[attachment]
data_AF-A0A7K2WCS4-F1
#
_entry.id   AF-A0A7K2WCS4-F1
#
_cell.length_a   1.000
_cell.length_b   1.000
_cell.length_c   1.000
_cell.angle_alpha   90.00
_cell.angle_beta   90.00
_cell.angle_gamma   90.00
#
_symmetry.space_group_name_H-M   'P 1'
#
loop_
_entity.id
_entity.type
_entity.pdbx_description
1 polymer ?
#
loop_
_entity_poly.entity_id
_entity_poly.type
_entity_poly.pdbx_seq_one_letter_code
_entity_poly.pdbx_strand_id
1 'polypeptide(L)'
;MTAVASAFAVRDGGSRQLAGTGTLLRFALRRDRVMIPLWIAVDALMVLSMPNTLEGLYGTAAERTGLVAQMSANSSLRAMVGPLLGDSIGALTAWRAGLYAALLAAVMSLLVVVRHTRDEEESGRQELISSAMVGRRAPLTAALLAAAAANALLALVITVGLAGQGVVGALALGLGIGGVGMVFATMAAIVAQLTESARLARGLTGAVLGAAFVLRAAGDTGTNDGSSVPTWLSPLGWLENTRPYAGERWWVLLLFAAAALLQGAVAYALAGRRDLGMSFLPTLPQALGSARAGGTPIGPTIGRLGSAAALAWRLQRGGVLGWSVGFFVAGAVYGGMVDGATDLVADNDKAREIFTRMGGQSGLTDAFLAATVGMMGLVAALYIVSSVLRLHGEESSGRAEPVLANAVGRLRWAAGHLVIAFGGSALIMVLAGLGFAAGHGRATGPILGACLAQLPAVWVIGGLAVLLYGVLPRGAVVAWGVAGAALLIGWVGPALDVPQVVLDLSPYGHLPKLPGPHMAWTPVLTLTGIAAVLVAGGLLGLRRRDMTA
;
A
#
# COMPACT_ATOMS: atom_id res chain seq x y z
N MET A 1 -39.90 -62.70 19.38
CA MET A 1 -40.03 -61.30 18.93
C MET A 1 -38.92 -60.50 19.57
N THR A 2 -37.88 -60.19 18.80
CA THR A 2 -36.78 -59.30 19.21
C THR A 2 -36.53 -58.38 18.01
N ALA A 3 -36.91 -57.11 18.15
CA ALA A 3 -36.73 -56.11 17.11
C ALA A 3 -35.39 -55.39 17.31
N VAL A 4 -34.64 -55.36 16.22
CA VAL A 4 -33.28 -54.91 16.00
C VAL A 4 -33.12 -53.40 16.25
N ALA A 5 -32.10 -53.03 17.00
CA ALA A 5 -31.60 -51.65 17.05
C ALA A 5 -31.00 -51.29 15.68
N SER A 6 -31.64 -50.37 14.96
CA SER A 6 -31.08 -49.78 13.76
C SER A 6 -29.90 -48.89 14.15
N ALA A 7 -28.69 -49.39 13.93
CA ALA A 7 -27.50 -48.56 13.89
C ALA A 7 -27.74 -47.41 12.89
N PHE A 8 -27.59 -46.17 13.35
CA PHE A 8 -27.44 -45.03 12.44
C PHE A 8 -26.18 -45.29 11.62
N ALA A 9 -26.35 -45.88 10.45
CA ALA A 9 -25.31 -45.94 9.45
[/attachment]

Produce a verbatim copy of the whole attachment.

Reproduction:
data_AF-A0A7K2WCS4-F1
#
_entry.id   AF-A0A7K2WCS4-F1
#
_cell.length_a   1.000
_cell.length_b   1.000
_cell.length_c   1.000
_cell.angle_alpha   90.00
_cell.angle_beta   90.00
_cell.angle_gamma   90.00
#
_symmetry.space_group_name_H-M   'P 1'
#
loop_
_entity.id
_entity.type
_entity.pdbx_description
1 polymer ?
#
loop_
_entity_poly.entity_id
_entity_poly.type
_entity_poly.pdbx_seq_one_letter_code
_entity_poly.pdbx_strand_id
1 'polypeptide(L)'
;MTAVASAFAVRDGGSRQLAGTGTLLRFALRRDRVMIPLWIAVDALMVLSMPNTLEGLYGTAAERTGLVAQMSANSSLRAMVGPLLGDSIGALTAWRAGLYAALLAAVMSLLVVVRHTRDEEESGRQELISSAMVGRRAPLTAALLAAAAANALLALVITVGLAGQGVVGALALGLGIGGVGMVFATMAAIVAQLTESARLARGLTGAVLGAAFVLRAAGDTGTNDGSSVPTWLSPLGWLENTRPYAGERWWVLLLFAAAALLQGAVAYALAGRRDLGMSFLPTLPQALGSARAGGTPIGPTIGRLGSAAALAWRLQRGGVLGWSVGFFVAGAVYGGMVDGATDLVADNDKAREIFTRMGGQSGLTDAFLAATVGMMGLVAALYIVSSVLRLHGEESSGRAEPVLANAVGRLRWAAGHLVIAFGGSALIMVLAGLGFAAGHGRATGPILGACLAQLPAVWVIGGLAVLLYGVLPRGAVVAWGVAGAALLIGWVGPALDVPQVVLDLSPYGHLPKLPGPHMAWTPVLTLTGIAAVLVAGGLLGLRRRDMTA
;
A
#
# COMPACT_ATOMS: atom_id res chain seq x y z
N MET A 1 -39.90 -62.70 19.38
CA MET A 1 -40.03 -61.30 18.93
C MET A 1 -38.92 -60.50 19.57
N THR A 2 -37.88 -60.19 18.80
CA THR A 2 -36.78 -59.30 19.21
C THR A 2 -36.53 -58.38 18.01
N ALA A 3 -36.91 -57.11 18.15
CA ALA A 3 -36.73 -56.11 17.11
C ALA A 3 -35.39 -55.39 17.31
N VAL A 4 -34.64 -55.36 16.22
CA VAL A 4 -33.28 -54.91 16.00
C VAL A 4 -33.12 -53.40 16.25
N ALA A 5 -32.10 -53.03 17.00
CA ALA A 5 -31.60 -51.65 17.05
C ALA A 5 -31.00 -51.29 15.68
N SER A 6 -31.64 -50.37 14.96
CA SER A 6 -31.08 -49.78 13.76
C SER A 6 -29.90 -48.89 14.15
N ALA A 7 -28.69 -49.39 13.93
CA ALA A 7 -27.50 -48.56 13.89
C ALA A 7 -27.74 -47.41 12.89
N PHE A 8 -27.59 -46.17 13.35
CA PHE A 8 -27.44 -45.03 12.44
C PHE A 8 -26.18 -45.29 11.62
N ALA A 9 -26.35 -45.88 10.45
CA ALA A 9 -25.31 -45.94 9.45